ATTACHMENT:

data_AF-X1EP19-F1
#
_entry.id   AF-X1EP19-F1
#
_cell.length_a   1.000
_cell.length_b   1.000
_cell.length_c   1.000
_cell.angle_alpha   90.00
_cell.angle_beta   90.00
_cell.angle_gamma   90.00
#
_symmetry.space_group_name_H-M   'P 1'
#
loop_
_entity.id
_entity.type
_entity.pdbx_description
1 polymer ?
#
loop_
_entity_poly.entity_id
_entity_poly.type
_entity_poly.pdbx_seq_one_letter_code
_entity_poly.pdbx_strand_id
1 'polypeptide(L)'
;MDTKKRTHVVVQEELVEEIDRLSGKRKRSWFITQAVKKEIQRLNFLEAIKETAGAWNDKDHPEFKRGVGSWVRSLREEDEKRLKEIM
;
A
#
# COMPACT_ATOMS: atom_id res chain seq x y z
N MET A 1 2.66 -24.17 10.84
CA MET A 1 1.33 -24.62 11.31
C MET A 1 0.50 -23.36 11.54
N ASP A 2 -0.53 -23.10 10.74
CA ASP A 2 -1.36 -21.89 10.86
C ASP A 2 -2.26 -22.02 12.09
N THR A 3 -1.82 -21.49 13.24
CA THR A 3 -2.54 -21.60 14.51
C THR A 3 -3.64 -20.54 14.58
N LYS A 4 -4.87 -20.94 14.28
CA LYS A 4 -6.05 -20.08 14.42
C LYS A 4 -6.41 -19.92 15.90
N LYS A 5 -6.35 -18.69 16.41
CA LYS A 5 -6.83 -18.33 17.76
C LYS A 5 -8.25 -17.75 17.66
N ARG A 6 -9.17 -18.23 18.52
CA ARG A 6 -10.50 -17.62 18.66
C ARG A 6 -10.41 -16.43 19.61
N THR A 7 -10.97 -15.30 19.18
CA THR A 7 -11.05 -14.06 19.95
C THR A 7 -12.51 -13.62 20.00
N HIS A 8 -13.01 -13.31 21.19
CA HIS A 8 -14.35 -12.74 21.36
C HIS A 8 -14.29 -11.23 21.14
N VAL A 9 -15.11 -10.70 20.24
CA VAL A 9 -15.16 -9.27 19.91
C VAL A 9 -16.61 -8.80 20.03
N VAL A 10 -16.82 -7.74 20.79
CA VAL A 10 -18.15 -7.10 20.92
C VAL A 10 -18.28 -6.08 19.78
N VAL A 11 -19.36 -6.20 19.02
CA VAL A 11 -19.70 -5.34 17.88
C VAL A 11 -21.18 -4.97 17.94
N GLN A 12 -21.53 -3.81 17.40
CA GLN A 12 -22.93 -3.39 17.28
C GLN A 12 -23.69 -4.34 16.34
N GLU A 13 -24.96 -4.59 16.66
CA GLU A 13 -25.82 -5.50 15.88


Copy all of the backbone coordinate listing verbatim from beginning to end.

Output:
data_AF-X1EP19-F1
#
_entry.id   AF-X1EP19-F1
#
_cell.length_a   1.000
_cell.length_b   1.000
_cell.length_c   1.000
_cell.angle_alpha   90.00
_cell.angle_beta   90.00
_cell.angle_gamma   90.00
#
_symmetry.space_group_name_H-M   'P 1'
#
loop_
_entity.id
_entity.type
_entity.pdbx_description
1 polymer ?
#
loop_
_entity_poly.entity_id
_entity_poly.type
_entity_poly.pdbx_seq_one_letter_code
_entity_poly.pdbx_strand_id
1 'polypeptide(L)'
;MDTKKRTHVVVQEELVEEIDRLSGKRKRSWFITQAVKKEIQRLNFLEAIKETAGAWNDKDHPEFKRGVGSWVRSLREEDEKRLKEIM
;
A
#
# COMPACT_ATOMS: atom_id res chain seq x y z
N MET A 1 2.66 -24.17 10.84
CA MET A 1 1.33 -24.62 11.31
C MET A 1 0.50 -23.36 11.54
N ASP A 2 -0.53 -23.10 10.74
CA ASP A 2 -1.36 -21.89 10.86
C ASP A 2 -2.26 -22.02 12.09
N THR A 3 -1.82 -21.49 13.24
CA THR A 3 -2.54 -21.60 14.51
C THR A 3 -3.64 -20.54 14.58
N LYS A 4 -4.87 -20.94 14.28
CA LYS A 4 -6.05 -20.08 14.42
C LYS A 4 -6.41 -19.92 15.90
N LYS A 5 -6.35 -18.69 16.41
CA LYS A 5 -6.83 -18.33 17.76
C LYS A 5 -8.25 -17.75 17.66
N ARG A 6 -9.17 -18.23 18.52
CA ARG A 6 -10.50 -17.62 18.66
C ARG A 6 -10.41 -16.43 19.61
N THR A 7 -10.97 -15.30 19.18
CA THR A 7 -11.05 -14.06 19.95
C THR A 7 -12.51 -13.62 20.00
N HIS A 8 -13.01 -13.31 21.19
CA HIS A 8 -14.35 -12.74 21.36
C HIS A 8 -14.29 -11.23 21.14
N VAL A 9 -15.11 -10.70 20.24
CA VAL A 9 -15.16 -9.27 19.91
C VAL A 9 -16.61 -8.80 20.03
N VAL A 10 -16.82 -7.74 20.79
CA VAL A 10 -18.15 -7.10 20.92
C VAL A 10 -18.28 -6.08 19.78
N VAL A 11 -19.36 -6.20 19.02
CA VAL A 11 -19.70 -5.34 17.88
C VAL A 11 -21.18 -4.97 17.94
N GLN A 12 -21.53 -3.81 17.40
CA GLN A 12 -22.93 -3.39 17.28
C GLN A 12 -23.69 -4.34 16.34
N GLU A 13 -24.96 -4.59 16.66
CA GLU A 13 -25.82 -5.50 15.88